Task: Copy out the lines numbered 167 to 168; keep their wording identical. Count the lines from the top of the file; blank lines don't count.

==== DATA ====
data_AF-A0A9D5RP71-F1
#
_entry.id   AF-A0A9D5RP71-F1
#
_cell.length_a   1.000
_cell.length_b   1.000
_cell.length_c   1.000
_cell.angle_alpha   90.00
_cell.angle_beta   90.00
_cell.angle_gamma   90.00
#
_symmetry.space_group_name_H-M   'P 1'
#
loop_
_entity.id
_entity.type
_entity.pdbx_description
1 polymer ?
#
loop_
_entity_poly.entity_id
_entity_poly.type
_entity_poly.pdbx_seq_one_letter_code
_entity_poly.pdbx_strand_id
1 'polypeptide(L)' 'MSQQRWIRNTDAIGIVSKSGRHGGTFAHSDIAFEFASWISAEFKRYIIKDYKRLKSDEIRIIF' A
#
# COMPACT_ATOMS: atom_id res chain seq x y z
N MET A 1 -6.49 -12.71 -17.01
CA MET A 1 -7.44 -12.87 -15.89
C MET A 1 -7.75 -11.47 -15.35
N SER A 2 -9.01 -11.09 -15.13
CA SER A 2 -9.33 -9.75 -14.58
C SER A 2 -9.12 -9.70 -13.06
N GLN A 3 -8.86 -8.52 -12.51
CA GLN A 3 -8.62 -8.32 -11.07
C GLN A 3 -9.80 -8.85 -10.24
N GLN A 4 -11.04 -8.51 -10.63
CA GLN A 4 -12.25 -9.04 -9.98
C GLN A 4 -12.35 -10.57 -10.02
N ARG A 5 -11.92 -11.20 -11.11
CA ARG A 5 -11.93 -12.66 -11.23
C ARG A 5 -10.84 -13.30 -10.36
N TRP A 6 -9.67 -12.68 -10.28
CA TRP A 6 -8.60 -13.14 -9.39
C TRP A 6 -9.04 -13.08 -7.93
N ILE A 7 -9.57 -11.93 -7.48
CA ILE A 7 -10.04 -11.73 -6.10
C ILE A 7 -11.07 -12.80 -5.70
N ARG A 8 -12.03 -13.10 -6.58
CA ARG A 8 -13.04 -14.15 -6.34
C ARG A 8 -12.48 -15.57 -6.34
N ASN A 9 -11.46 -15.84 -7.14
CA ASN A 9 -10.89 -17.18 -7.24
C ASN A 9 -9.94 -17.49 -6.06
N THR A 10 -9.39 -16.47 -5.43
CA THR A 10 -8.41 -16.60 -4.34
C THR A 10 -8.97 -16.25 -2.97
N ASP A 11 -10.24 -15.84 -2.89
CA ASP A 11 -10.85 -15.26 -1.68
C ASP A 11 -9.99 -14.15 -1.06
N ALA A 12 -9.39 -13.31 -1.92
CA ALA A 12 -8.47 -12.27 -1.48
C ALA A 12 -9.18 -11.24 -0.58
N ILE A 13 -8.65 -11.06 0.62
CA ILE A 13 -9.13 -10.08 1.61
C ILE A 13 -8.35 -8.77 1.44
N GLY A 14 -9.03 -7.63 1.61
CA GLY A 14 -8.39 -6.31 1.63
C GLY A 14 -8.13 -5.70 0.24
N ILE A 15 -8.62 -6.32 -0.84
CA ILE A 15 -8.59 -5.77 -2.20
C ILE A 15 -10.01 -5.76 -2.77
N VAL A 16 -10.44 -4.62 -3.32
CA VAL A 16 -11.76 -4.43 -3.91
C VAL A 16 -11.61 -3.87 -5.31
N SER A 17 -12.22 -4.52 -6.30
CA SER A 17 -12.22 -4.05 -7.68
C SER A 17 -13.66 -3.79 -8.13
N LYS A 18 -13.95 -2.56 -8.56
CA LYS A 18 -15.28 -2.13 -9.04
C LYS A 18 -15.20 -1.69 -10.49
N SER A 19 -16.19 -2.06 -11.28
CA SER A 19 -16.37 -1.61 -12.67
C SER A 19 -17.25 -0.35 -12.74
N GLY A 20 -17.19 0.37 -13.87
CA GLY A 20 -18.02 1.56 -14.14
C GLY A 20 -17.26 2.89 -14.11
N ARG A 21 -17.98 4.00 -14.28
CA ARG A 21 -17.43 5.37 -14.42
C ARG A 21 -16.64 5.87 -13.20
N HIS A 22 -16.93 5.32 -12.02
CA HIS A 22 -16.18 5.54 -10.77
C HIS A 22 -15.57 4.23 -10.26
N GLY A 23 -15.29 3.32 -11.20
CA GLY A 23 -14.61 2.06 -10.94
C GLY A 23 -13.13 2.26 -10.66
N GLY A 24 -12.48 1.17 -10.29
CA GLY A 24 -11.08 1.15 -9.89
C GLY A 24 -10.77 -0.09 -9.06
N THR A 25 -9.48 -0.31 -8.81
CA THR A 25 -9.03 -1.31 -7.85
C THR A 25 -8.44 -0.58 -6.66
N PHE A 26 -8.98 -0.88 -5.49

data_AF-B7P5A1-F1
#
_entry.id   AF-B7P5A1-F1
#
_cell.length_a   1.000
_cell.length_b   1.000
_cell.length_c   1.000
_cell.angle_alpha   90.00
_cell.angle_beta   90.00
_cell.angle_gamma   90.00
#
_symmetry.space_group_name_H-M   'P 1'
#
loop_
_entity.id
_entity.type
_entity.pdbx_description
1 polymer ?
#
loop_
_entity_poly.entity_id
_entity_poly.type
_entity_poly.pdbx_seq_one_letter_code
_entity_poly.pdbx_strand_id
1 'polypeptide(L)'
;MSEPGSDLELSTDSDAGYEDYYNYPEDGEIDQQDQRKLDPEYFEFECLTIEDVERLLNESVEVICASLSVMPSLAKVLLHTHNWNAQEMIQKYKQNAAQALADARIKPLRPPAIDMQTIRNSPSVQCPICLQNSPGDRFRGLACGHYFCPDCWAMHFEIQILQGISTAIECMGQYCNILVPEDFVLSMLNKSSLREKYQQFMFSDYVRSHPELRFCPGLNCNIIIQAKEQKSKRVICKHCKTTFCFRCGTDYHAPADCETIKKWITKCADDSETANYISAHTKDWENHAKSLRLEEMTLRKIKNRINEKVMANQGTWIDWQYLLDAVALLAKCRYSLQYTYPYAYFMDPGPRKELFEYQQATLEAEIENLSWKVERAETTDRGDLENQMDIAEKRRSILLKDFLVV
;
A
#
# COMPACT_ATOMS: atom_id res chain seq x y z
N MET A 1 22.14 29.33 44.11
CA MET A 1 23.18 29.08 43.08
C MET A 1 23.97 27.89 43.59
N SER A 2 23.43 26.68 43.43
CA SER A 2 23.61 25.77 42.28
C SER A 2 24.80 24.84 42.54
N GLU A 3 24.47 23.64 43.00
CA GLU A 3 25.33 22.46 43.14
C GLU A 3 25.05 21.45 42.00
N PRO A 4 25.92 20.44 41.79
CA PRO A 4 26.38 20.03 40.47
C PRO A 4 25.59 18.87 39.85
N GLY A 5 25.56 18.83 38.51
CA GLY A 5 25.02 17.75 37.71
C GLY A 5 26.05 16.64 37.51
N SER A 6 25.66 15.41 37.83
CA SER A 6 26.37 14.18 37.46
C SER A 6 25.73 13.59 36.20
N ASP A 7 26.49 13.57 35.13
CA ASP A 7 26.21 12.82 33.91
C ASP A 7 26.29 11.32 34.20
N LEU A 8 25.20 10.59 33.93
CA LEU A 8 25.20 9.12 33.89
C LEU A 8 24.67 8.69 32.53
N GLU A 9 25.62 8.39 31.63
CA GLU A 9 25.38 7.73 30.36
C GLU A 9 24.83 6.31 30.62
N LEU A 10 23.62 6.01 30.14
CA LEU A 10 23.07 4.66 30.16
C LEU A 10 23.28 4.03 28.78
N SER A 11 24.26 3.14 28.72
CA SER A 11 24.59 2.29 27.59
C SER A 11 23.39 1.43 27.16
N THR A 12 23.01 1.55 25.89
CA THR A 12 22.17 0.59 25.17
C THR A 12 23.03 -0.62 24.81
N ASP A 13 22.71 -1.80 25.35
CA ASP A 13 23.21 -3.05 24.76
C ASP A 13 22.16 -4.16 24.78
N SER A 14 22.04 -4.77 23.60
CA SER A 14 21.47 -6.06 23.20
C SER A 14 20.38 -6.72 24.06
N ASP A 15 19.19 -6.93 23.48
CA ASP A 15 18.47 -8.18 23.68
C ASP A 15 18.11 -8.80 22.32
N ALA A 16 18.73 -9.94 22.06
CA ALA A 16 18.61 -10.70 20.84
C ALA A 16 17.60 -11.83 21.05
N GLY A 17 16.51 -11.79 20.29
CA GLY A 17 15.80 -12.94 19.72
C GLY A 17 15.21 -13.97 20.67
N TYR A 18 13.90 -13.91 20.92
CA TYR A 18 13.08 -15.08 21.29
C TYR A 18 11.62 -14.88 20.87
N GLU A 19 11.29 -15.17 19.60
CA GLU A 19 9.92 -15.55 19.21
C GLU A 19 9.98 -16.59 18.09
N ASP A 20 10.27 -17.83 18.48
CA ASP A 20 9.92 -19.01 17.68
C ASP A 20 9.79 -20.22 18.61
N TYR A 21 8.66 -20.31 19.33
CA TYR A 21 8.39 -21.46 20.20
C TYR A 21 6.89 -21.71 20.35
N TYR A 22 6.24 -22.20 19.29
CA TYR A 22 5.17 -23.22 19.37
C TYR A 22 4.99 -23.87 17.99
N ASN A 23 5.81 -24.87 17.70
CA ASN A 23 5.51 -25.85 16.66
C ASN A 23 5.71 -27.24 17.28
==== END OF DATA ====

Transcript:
N THR A 12 23.01 1.55 25.89
CA THR A 12 22.17 0.59 25.17